What should the nurse do when considering best practice?
During her morning assessment, a nurse notes that a client has severe dyspnea; his respirations are 34 breaths/minute and labored. Oxygen saturation is 79% on 3 L of oxygen. The nurse remembers that the client's chart includes his living will.
A. Withhold all potentially life-prolonging treatments in accordance with the client s living will. B. Increase the oxygen flow rate to 4 L, but avoid initiating other interventions. C. Call the client s family and ask what they think is best. D. Initiate potentially life-prolonging treatment unless the client refuses.
Dyspnea is a problem commonly experienced by people who have asthma, pneumonia or other problems. This is because it means that the person is experiencing shortness of breath where the person feels that they can’t catch their breath.
When someone has trouble breathing, then he or she may have other symptoms like chest pains. If a nurse is making her rounds in the morning, she comes across her patient who has severe dyspnea. She or he monitors his breathing and notices that he is taking almost thirty breaths per minute and it is difficult for him.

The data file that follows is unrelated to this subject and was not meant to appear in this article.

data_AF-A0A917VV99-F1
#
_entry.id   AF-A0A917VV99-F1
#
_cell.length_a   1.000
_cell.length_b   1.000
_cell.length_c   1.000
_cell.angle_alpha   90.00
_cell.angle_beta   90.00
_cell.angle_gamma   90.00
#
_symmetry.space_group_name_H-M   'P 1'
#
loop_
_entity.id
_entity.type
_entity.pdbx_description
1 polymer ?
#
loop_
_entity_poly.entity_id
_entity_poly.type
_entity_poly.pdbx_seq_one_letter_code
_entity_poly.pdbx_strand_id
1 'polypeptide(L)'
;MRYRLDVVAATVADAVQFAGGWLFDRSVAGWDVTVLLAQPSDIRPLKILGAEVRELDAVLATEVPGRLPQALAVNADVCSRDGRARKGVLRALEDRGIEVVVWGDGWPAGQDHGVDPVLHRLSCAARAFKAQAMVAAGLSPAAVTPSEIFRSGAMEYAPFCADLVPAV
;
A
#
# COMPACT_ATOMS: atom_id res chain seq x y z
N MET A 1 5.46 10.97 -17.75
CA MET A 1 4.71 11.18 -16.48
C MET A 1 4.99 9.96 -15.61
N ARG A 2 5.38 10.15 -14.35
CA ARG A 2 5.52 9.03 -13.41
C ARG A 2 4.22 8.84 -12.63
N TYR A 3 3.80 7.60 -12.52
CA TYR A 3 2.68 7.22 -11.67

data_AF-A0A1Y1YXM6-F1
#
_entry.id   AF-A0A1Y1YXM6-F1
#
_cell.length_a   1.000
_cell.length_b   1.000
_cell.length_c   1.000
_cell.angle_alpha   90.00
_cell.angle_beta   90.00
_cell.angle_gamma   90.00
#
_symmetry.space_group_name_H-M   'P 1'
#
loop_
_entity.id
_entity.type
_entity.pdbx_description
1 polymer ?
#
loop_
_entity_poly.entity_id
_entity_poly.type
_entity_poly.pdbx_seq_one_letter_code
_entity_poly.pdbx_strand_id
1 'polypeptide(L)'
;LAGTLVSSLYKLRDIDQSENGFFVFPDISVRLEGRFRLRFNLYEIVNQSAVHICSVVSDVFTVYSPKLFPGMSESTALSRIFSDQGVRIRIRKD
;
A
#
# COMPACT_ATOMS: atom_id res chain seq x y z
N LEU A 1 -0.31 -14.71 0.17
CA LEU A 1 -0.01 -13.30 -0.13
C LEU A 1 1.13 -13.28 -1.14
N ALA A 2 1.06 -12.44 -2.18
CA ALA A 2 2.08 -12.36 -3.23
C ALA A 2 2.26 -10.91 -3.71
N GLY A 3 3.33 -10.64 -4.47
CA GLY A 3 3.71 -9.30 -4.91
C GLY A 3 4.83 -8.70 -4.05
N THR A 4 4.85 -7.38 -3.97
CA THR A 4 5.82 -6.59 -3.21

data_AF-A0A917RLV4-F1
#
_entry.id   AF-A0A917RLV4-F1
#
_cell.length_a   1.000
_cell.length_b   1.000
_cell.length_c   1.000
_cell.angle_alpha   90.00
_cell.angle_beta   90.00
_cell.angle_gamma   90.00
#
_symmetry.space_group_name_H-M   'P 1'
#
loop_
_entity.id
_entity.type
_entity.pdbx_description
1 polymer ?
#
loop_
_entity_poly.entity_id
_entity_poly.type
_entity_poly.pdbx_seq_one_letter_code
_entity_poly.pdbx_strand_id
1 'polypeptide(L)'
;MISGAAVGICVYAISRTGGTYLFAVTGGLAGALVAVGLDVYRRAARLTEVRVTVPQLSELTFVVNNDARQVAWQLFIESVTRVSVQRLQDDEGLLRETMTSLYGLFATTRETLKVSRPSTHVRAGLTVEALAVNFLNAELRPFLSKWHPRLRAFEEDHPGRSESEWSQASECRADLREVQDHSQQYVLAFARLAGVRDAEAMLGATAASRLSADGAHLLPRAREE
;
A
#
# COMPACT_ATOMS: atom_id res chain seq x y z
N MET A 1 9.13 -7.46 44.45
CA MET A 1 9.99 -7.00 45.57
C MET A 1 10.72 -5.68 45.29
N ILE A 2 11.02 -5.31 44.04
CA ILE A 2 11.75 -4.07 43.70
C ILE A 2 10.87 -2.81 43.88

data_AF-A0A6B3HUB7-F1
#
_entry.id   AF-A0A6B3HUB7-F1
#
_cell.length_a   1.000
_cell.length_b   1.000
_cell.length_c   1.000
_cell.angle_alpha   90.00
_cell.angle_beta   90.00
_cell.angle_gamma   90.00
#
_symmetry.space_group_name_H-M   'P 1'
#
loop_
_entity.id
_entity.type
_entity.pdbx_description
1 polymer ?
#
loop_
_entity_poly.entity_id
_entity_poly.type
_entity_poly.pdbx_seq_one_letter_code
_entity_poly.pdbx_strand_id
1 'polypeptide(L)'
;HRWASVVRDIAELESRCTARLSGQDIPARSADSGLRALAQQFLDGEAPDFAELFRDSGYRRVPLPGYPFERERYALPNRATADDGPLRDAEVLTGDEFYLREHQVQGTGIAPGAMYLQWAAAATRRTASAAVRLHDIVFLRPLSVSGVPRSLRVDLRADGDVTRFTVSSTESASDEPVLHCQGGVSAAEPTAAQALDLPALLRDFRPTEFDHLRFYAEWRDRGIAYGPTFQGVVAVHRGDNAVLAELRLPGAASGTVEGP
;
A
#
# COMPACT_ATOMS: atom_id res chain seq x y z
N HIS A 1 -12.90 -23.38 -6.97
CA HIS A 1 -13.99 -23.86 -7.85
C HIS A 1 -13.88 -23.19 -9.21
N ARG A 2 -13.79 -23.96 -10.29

She measures the oxygen saturation as seventy-nine percent of three liters of oxygen. The patient will receive life-prolonging treatment until he refuses and according to his living will.
Initiate potentially life-prolonging treatment unless the client refuses.-rationale: a living will doesnt go into effect unless the client is unable to make his own decisions. a nurse shouldnt withhold care for an alert client unless he specifically refuses care. the nurse should give all appropriate care while also maintaining the clients right to refuse treatment. increasing the oxygen flow rate might be an appropriate response, but it isnt the best action at this time. the family isnt responsible for determining care at this time.client needs category: safe, effective care environmentclient needs subcategory: management of carecognitive level: analysisreference: craven, r.f., and hirnle, c.j. fundamentals of nursing: human health and function, 5th ed. philadelphia: lippincott williams & wilkins, 2007, p. 92.